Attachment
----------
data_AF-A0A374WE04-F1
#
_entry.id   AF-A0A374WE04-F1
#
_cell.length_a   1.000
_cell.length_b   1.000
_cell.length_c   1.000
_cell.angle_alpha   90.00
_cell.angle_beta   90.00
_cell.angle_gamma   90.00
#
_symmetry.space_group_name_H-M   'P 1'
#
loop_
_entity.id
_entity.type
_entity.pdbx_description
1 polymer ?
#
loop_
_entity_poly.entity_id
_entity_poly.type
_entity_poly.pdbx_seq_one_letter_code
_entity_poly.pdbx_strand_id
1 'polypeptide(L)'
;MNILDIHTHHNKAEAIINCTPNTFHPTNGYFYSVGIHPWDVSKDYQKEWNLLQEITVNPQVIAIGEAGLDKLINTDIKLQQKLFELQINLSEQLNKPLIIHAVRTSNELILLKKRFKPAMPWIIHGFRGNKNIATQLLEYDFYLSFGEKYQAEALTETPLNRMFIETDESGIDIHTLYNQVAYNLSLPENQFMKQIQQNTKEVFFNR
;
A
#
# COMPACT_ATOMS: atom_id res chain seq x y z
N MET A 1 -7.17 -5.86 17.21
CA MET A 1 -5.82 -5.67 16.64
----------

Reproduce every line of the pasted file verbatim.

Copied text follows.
data_AF-A0A374WE04-F1
#
_entry.id   AF-A0A374WE04-F1
#
_cell.length_a   1.000
_cell.length_b   1.000
_cell.length_c   1.000
_cell.angle_alpha   90.00
_cell.angle_beta   90.00
_cell.angle_gamma   90.00
#
_symmetry.space_group_name_H-M   'P 1'
#
loop_
_entity.id
_entity.type
_entity.pdbx_description
1 polymer ?
#
loop_
_entity_poly.entity_id
_entity_poly.type
_entity_poly.pdbx_seq_one_letter_code
_entity_poly.pdbx_strand_id
1 'polypeptide(L)'
;MNILDIHTHHNKAEAIINCTPNTFHPTNGYFYSVGIHPWDVSKDYQKEWNLLQEITVNPQVIAIGEAGLDKLINTDIKLQQKLFELQINLSEQLNKPLIIHAVRTSNELILLKKRFKPAMPWIIHGFRGNKNIATQLLEYDFYLSFGEKYQAEALTETPLNRMFIETDESGIDIHTLYNQVAYNLSLPENQFMKQIQQNTKEVFFNR
;
A
#
# COMPACT_ATOMS: atom_id res chain seq x y z
N MET A 1 -7.17 -5.86 17.21
CA MET A 1 -5.82 -5.67 16.64